- - Wednesday, August 29, 2012

West Nile virus cases are up 40 percent since last week and may rival the record years of 2002 and 2003, federal health officials said Wednesday.

So far this year, 1,590 cases of the mosquito-borne disease have been reported to the Centers for Disease Control and Prevention, with 66 deaths.

About half of the cases are serious illnesses, and the CDC considers those the best indicator of West Nile activity because many mild cases do not get reported and their symptoms may not even be recognized.

Typical symptoms are fever, headache and body aches, and most people get better on their own in a few days. Less than 1 percent develops neurological symptoms such as stiff necks and even coma and paralysis.

Health officials think that West Nile activity is at its peak, but likely will continue through October. Because symptoms can take two weeks to appear, reported cases lag behind when people become infected.

All states except Alaska and Hawaii have found West Nile virus in people, birds or mosquitoes this year. Texas has been the hardest hit, accounting for half of the cases reported to the CDC so far.


Teachers union gives 10-day strike notice

CHICAGO — The Chicago Teachers Union has given a 10-day strike notice, saying members are willing to walk off the job for the first time in 25 years.

Union President Karen Lewis said Wednesday that contract talks are faltering, with unresolved issues that include pay increases and job security.

The notice does not mean teachers necessarily will go on strike. The union could decide to continue negotiating.

The soonest teachers could go on strike is Sept. 10. Many students are already back to school. The rest begin Tuesday.

The Chicago Board of Education says it is ready to care for children who rely on schools for meals and a safe place during the day.

Both sides already agreed on one big issue: hiring more teachers to allow for a longer school day.


Court: Zimmerman judge should disqualify himself

ORLANDO — A three-judge panel in Florida has ruled that a new judge should be named in the case of a former neighborhood watch leader charged in the fatal shooting of teenager Trayvon Martin.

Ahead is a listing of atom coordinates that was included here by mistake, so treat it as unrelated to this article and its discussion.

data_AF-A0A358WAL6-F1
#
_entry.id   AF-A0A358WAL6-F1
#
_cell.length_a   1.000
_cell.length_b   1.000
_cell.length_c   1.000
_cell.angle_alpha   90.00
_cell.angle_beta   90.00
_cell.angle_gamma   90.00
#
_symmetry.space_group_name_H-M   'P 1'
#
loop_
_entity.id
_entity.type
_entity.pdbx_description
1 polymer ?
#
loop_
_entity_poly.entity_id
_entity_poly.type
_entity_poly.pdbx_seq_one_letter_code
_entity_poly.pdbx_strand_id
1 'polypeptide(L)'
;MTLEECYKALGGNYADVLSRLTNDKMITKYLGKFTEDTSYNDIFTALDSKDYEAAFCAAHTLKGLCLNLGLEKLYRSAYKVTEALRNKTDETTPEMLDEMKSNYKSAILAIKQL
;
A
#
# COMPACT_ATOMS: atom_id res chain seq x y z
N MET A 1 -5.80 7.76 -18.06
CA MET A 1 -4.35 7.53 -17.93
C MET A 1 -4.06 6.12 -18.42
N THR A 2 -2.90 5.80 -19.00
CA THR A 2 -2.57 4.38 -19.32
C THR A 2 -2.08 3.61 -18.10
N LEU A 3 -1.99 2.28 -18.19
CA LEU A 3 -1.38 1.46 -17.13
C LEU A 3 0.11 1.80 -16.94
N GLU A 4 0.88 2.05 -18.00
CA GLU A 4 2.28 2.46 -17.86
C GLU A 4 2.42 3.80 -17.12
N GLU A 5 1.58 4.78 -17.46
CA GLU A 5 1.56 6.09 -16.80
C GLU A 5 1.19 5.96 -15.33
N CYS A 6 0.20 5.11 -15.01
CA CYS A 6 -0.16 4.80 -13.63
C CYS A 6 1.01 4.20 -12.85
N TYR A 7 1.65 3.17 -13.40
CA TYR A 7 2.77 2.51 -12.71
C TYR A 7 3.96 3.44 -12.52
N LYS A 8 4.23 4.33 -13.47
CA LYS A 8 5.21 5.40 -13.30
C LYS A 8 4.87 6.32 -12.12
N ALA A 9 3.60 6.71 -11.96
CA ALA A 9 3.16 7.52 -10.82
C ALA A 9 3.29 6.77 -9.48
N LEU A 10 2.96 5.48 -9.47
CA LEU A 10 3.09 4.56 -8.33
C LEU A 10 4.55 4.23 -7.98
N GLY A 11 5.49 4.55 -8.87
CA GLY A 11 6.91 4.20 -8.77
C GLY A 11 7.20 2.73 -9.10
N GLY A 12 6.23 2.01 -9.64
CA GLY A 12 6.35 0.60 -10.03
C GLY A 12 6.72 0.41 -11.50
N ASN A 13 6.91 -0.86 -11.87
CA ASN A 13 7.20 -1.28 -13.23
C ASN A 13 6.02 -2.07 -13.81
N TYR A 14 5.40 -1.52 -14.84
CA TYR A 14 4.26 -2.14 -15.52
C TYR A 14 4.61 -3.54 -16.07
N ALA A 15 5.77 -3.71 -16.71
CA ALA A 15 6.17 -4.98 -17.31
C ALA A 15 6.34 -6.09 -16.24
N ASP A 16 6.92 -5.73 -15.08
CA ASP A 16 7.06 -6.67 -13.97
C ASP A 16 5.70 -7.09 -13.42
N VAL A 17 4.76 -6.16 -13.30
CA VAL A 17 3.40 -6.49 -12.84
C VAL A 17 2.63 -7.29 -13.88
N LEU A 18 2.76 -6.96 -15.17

Florida’s 5th District Court of Appeal ruled Wednesday that Judge Kenneth Lester should enter a motion to disqualify himself in George Zimmerman’s second-degree murder case. Mr. Zimmerman’s attorney Mark O’Mara asked the court earlier this month to overturn a previous ruling by Judge Lester not to leave the case.

One of the three judges dissented in the ruling.

Mr. O’Mara had argued that Judge Lester should disqualify himself after he said the judge made disparaging remarks about Mr. Zimmerman’s character and advocated for additional charges against him in setting his $1 million bond in July.

Mr. Zimmerman remains free on bail. He has pleaded not guilty.


Man faces sentencing for dismembering boy

NEW YORK — A New York City hardware store clerk who pleaded guilty to kidnapping, killing and dismembering a lost little boy was sentenced Wednesday to 40 years to life in prison.

Levi Aron pleaded guilty this month to lesser charges in a deal that spared him a criminal trial and the possibility of life in prison without parole. When asked Wednesday if he wanted to speak at his sentencing hearing, the 37-year old whispered “no.” He will be eligible for parole in 40 years.

Aron wore a black yarmulke, bushy beard and orange prison jumpsuit, and kept his head down and eyes closed for much of the hearing. His attorneys said Aron suffered a head injury as a child that went untreated.

Aron admitted he kidnapped and killed 8-year-old Leiby Kletzky after the boy approached him on a Brooklyn street and asked for directions on July 11, 2011. The boy was Hasidic, an ultra-Orthodox version of Judaism, and the killing shook the tight-knit community in Borough Park, a safe and somewhat insular neighborhood home to one of the world’s largest communities of Orthodox Jews outside Israel. Aron, who lived nearby, was Orthodox but not Hasidic.


Bars claim victory in drink-special fight

SALT LAKE CITY — Utah restaurant and bar owners are toasting the settlement of a lawsuit in their fight to get the state to allow drink specials.

The Utah Hospitality Association sued in federal court, claiming Utah’s law prohibiting establishments from offering discounted drinks or happy hour violates the Sherman Act, which protects against anticompetitive conduct.